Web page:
Tuesday, 23 February 2016

How to sharpen a chainsaw

If a chainsaw blade gets dull it will end up burning and bucking when it cuts through wood. This is both a slower and more dangerous way to cut so here is how to sharpen a chainsaw blade.

Is it needed?

The easiest way to tell if your chain is on its way out is to examine the waste from saw cuts. If it is very fine and dusty it is time to sharpen whereas if its bulkier and mainly chips its fine. Remember that a dull chain greatly increases the risk of kickback.


The cutters on the chain have semicircular cutting edges with specific diameters so to sharpen them you need a round file of the same diameter. In front of each cutter is the depth gauge which controls how deep the cutter can get into wood. these depth gauges need to be a tiny bit shorter than the cutters but over time the cutters can be worn down from both use and sharpening so you will need to lower the gauges to the right height with a flat file. Sharpening like this isn't too difficult if it is worn down from use however if the cutters have been damaged or nicked by stone or anything hard you may need to take it to be professionally sharpened or you might even have to buy a new one.


Make sure the chainsaw cannot be turned on while disassembling it and at least wear gloves and safety googles while working with a chainsaw.

Tuesday, 16 February 2016

Preventing Rust on Tools

Preventing rust on tools is way easier than getting rid of the rust once it has set in (not to mention the possible permanent damage this can cause). With that in mind here are a few tips and tricks to keep your tools in peak, physical, non-rust condition.

Micro Climates

Micro climates allow you to store tools in an enclosed location with specific settings that help prevent rust. One of the best examples of this is a toolchest. This prevents hygroscopic dust from clinging to the blades as well as providing easy to control humidity. Essentially we are minimising our tools contact with water to prevent rusting.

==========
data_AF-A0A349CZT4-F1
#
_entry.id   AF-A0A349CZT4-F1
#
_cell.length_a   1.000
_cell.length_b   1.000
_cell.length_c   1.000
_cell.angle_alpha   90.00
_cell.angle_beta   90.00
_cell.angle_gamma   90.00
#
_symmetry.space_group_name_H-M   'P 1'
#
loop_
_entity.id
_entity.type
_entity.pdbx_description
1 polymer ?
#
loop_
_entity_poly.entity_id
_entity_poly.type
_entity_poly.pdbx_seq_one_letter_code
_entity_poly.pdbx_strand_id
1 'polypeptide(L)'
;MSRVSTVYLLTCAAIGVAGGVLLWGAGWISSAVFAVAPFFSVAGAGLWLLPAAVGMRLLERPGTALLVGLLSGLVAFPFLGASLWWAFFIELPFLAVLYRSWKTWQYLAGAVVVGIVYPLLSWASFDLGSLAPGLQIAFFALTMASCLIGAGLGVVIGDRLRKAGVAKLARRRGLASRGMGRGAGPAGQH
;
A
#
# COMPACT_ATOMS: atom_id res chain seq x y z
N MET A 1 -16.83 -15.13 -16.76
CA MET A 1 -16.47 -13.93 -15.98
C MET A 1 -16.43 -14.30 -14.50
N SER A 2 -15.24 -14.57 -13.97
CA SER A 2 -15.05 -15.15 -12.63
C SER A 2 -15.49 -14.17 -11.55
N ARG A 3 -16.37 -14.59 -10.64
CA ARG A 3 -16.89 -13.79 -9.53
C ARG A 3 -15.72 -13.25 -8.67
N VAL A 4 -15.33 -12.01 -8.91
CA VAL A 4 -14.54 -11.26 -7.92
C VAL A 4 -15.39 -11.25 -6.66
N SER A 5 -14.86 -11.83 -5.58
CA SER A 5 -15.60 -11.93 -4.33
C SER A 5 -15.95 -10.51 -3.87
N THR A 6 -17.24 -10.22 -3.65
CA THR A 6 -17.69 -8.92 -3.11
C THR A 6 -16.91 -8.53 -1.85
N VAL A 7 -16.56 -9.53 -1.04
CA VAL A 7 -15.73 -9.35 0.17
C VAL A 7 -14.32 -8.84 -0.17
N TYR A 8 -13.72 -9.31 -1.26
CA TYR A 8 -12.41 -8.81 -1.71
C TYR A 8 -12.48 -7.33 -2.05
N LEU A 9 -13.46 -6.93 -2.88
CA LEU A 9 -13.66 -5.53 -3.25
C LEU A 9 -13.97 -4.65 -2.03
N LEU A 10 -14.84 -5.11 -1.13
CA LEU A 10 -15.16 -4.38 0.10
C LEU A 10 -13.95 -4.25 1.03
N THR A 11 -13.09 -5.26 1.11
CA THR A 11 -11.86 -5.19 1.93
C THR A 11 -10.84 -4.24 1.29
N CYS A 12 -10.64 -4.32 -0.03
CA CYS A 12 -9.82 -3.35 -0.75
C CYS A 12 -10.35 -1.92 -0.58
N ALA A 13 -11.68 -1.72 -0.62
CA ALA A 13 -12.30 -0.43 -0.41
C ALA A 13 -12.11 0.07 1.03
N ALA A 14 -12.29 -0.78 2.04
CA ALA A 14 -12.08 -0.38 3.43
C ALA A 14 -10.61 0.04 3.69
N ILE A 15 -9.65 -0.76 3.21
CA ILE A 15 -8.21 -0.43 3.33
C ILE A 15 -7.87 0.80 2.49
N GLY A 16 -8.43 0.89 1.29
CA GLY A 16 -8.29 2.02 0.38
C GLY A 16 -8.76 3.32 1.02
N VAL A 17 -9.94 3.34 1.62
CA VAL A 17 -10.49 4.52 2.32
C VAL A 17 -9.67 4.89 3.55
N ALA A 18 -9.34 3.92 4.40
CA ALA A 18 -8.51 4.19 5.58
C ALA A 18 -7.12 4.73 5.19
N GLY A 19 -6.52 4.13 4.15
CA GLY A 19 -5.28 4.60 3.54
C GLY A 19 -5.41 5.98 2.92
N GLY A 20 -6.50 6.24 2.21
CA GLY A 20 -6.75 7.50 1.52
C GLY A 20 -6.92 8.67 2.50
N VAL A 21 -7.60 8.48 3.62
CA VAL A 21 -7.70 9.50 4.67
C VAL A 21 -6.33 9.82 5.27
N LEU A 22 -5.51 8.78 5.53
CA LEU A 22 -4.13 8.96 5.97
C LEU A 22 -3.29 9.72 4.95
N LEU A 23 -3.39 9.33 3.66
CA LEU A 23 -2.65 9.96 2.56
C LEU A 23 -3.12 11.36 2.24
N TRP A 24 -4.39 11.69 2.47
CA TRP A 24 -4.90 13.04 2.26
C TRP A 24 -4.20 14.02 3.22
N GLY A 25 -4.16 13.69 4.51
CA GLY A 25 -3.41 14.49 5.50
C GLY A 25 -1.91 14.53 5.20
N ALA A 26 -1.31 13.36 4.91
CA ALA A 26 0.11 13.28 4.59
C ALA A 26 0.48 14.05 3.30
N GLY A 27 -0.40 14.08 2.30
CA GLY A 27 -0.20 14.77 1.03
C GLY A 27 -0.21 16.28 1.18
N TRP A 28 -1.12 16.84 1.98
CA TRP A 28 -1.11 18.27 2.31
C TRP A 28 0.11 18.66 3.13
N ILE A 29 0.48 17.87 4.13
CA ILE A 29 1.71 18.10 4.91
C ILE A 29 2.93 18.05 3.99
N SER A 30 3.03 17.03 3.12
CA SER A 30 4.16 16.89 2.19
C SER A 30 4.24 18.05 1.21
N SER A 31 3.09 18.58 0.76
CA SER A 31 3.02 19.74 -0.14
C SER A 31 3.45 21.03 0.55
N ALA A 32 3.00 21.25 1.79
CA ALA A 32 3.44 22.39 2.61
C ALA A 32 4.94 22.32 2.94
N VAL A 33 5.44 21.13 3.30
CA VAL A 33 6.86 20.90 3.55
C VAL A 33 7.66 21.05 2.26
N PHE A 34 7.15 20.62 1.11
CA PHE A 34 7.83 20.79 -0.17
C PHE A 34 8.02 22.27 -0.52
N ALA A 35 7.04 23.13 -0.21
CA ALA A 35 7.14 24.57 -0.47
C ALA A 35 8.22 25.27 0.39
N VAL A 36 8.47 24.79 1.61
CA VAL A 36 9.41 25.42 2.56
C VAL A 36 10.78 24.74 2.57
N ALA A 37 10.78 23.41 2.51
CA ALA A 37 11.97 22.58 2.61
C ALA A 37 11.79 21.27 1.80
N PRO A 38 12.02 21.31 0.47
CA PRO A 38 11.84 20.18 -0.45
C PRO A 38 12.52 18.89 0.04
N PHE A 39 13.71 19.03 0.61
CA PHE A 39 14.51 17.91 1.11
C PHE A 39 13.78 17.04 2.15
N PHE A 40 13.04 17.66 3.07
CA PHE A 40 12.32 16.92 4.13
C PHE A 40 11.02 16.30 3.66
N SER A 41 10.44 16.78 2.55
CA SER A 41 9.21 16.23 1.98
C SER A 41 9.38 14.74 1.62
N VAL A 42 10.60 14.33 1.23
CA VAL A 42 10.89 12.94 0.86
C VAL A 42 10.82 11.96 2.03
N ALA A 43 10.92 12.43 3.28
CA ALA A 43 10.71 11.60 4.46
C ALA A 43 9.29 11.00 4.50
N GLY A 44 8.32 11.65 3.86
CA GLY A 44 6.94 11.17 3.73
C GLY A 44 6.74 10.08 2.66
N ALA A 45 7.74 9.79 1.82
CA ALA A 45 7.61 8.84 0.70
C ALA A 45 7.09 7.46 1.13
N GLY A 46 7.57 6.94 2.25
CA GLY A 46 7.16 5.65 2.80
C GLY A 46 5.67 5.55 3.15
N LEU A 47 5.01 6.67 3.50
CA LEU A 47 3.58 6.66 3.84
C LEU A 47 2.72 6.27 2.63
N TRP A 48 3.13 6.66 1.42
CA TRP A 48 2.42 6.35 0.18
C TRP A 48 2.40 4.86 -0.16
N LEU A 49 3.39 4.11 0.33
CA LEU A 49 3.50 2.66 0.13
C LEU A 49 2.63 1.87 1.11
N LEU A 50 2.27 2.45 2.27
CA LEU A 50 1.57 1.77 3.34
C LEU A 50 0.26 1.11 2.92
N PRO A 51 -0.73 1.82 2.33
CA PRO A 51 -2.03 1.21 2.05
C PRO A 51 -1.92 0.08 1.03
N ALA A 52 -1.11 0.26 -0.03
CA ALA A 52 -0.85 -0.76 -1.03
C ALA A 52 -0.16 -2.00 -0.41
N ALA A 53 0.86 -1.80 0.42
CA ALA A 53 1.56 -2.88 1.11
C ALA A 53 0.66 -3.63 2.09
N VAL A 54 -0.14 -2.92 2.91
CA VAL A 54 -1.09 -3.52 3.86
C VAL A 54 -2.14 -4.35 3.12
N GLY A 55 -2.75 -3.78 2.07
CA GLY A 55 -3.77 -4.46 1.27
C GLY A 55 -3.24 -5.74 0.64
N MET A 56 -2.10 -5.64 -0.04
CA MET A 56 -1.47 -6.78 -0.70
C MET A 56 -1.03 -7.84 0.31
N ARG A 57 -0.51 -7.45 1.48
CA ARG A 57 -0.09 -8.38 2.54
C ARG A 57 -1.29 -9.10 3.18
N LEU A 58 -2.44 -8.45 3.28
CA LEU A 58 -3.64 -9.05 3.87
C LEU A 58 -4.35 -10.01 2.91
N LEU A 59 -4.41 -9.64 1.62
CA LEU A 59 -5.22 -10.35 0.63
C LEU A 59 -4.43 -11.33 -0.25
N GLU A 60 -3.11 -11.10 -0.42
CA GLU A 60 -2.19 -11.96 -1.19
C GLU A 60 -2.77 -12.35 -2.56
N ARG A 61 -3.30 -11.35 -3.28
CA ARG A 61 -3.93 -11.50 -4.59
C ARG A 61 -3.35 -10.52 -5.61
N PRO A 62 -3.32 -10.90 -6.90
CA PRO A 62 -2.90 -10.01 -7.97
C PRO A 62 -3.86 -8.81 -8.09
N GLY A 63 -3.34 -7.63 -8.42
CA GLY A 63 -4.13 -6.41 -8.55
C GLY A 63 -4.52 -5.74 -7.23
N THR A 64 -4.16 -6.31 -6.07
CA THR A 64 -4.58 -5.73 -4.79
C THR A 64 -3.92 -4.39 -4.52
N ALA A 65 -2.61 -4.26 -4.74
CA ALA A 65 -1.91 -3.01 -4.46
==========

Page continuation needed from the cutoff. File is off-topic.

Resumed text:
Having a clean storage place is vital for the above mentioned reason of hygroscopic dust. This will speed up the rusting process and cause your tools to fall into disrepair far quicker than they normally would. Being thorough with dusting and cleanliness will help prevent this.


Coating tools in non-oxidising mineral oil works as an excellent rust inhibitor though some brands work better than others. With that in mind be sure to check out reviews and ensure you are getting the best mineral oil for your money.

Wednesday, 10 February 2016

Generator Maintenance Tips

Buying and maintaining a generator can be a confusing process for those not in the know so I'm going to give you some tips on what to look for in a generator and how to maintain one properly.

Watt ratings

Every generator will have two capacity ratings. One is for continuous watts and this shows what the generator can output on an extended basis and is the more important of he two by far. The other rating is how much power it can put out for a few seconds when it starts up.

Stock up on oil and filters

Pumping out all those watts can be hard on the engine oil and it needs to be changed regularly so you'll need to stock up on oil and filters if you want it to last through a long power outage. Most new generators will need their first oil change after about one day after that you'll need to change about every fife or so hours.


Its a good idea to wear a headlight when refilling the tank so you can see what you're doing a lot easier and fill it to the brim. Make sure the engine has cooled before you pour anything. The tank is normally on top of the engine so the fuel can be gravity fed and if the engine is hot and you spill any while holding a canister of it there's a chance you will go up in flames which isn't good for anybody.

Don't let it completely run out

Some generators can get damaged generator coils if you let it run on empty as the electrical load from your house drains the magnetic field. It will seem to run fine but wont generate power and you'll have to take I to a repair shop to reenergised.